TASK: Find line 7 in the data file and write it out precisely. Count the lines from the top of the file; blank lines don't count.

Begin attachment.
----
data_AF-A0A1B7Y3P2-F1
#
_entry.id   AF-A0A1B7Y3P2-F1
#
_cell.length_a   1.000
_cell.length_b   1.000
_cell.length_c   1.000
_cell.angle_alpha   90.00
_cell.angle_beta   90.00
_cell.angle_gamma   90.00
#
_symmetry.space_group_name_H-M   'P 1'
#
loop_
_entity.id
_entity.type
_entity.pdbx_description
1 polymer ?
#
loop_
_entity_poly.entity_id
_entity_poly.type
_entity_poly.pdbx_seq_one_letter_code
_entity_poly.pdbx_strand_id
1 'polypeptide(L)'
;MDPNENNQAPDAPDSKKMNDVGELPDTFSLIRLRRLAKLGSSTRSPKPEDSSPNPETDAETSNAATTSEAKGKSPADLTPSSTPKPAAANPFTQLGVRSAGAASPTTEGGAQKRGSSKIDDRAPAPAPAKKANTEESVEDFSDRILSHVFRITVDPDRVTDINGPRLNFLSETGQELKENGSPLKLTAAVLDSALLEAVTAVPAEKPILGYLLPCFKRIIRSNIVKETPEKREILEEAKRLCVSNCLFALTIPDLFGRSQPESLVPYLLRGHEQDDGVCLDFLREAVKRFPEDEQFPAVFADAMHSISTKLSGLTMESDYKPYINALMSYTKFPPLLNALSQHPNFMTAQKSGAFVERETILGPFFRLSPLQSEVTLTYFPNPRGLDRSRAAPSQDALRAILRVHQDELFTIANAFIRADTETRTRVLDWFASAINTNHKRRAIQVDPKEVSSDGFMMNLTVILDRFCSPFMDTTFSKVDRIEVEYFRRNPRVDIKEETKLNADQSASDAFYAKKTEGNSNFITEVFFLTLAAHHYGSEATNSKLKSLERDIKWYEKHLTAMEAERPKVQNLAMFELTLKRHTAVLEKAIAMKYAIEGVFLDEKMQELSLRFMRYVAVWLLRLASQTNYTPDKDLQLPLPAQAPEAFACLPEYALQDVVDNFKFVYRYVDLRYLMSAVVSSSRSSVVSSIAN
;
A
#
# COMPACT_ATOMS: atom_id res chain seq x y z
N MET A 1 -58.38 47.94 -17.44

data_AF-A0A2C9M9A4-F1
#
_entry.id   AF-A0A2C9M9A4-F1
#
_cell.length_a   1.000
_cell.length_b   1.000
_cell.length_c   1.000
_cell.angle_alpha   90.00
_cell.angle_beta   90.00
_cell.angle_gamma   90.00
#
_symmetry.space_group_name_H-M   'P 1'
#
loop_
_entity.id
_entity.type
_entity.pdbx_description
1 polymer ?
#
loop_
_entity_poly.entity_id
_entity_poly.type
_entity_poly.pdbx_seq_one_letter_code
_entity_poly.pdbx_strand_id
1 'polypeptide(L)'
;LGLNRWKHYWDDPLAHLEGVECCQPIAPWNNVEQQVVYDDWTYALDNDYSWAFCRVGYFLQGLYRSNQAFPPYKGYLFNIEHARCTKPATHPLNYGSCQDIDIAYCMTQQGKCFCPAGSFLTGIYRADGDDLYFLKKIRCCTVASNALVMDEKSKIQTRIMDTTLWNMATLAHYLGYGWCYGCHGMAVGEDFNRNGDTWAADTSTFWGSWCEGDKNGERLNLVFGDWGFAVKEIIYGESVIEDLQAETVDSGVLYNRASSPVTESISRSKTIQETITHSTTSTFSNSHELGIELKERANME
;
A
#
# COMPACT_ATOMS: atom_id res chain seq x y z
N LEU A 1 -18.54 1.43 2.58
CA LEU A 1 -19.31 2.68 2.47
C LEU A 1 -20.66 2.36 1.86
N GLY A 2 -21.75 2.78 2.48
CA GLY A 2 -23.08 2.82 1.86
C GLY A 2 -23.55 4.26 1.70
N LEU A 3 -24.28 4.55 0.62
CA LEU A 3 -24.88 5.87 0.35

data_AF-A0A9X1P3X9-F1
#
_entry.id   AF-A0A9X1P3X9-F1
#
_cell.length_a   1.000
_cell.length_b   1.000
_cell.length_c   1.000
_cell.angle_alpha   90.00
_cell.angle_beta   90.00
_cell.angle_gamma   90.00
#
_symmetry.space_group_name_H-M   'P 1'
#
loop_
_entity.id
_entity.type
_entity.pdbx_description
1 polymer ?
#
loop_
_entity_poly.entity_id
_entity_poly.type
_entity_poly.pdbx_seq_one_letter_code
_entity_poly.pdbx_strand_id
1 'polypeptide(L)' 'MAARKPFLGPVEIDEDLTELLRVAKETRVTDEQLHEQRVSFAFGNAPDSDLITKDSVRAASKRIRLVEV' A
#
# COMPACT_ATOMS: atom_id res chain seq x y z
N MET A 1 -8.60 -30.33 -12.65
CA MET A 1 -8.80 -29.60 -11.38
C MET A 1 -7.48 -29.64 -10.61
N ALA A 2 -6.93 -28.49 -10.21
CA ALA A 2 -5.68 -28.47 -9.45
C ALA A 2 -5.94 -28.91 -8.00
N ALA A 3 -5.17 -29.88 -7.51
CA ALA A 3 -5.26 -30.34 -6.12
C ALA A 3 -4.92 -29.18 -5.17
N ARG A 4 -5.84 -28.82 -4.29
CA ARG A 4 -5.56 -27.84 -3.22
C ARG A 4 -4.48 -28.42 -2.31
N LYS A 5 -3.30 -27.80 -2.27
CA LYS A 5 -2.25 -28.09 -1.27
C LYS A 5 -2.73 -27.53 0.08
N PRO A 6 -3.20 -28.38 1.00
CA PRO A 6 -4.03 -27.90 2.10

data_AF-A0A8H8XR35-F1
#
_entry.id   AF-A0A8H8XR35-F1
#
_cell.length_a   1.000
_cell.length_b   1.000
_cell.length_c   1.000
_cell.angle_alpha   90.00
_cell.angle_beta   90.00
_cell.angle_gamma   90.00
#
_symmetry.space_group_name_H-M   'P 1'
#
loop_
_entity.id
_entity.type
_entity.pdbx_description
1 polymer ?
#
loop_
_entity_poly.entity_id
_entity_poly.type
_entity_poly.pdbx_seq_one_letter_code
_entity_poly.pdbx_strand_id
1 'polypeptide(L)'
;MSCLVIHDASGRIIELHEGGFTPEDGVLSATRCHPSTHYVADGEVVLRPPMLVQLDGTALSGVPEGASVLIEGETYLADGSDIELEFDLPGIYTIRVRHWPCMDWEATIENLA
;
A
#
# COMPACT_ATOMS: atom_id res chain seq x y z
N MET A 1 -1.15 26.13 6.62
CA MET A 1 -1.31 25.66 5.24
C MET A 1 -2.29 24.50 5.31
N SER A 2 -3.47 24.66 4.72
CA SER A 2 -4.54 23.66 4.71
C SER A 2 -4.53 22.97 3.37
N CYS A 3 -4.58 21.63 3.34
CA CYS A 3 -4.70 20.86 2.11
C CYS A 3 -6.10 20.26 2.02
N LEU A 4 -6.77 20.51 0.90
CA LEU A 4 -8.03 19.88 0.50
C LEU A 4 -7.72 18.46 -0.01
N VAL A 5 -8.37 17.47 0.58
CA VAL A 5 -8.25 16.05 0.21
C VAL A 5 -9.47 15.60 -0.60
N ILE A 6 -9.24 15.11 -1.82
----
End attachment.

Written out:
_cell.length_c   1.000